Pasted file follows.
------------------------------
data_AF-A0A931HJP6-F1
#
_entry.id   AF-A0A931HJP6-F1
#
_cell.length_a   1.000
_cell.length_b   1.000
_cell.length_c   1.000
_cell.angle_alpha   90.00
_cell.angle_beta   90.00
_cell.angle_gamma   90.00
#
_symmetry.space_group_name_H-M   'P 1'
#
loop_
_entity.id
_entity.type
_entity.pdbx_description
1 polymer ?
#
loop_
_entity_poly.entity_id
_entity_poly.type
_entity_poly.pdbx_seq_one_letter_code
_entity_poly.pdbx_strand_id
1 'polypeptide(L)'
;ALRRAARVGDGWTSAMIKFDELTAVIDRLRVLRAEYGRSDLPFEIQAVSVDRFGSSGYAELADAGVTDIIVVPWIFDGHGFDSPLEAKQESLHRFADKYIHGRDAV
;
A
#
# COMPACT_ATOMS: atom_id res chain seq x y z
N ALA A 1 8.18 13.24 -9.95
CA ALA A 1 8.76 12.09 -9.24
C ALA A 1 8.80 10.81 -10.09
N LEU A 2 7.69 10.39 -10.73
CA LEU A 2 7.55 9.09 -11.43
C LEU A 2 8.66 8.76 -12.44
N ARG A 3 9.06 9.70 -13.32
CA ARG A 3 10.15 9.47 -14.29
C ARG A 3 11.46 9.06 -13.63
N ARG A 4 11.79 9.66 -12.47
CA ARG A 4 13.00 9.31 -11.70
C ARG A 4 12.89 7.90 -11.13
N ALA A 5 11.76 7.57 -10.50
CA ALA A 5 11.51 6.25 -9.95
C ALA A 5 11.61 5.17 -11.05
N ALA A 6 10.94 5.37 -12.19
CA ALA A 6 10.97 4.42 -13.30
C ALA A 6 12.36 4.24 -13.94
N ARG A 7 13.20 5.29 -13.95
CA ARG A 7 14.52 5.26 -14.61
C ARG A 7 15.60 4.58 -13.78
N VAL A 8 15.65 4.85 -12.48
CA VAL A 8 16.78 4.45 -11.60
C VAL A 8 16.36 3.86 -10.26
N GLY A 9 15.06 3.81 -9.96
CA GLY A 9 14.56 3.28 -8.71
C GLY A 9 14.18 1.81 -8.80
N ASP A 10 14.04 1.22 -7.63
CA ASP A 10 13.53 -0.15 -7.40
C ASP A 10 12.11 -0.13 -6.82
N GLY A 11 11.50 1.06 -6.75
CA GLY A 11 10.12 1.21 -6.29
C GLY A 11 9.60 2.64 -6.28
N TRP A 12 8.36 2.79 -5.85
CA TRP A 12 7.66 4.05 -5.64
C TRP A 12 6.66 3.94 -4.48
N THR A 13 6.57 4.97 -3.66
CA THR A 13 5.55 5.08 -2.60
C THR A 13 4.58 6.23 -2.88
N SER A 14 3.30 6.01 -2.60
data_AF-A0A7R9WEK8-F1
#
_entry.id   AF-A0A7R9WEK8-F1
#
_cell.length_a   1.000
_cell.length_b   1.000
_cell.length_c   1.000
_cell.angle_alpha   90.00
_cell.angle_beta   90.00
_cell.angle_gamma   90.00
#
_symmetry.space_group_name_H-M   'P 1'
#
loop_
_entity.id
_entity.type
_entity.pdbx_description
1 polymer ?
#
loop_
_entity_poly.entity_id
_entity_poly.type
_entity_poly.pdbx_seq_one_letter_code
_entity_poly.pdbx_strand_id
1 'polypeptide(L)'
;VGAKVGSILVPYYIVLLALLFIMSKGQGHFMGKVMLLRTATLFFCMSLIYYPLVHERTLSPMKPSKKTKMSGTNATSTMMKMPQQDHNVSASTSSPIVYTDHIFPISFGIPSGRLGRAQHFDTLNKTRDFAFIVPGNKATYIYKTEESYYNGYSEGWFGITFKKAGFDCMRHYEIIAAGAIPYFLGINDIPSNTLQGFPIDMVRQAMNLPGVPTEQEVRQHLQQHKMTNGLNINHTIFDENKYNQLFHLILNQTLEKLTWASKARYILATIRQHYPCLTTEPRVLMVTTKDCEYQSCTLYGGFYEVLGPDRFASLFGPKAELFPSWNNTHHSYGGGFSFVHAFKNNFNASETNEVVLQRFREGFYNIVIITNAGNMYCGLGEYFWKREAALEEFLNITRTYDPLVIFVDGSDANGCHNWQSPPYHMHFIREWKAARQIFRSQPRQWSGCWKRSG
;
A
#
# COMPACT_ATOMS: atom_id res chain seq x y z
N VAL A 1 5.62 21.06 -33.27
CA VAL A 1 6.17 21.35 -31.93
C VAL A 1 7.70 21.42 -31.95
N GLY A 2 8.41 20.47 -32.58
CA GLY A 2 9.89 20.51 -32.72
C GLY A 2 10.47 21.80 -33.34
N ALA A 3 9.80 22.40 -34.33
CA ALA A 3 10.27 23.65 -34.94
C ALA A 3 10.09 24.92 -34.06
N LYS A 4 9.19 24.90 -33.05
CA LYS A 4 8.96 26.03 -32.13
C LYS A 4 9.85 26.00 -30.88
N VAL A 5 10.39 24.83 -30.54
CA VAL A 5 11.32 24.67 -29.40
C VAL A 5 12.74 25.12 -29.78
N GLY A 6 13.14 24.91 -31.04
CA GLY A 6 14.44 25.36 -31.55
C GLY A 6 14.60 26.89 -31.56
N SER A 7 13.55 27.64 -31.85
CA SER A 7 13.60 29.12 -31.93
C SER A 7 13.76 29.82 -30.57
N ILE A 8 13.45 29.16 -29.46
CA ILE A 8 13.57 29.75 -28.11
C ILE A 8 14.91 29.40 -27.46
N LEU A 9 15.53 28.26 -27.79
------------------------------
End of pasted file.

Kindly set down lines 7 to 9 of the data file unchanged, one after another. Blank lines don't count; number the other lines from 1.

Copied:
_cell.length_c   1.000
_cell.angle_alpha   90.00
_cell.angle_beta   90.00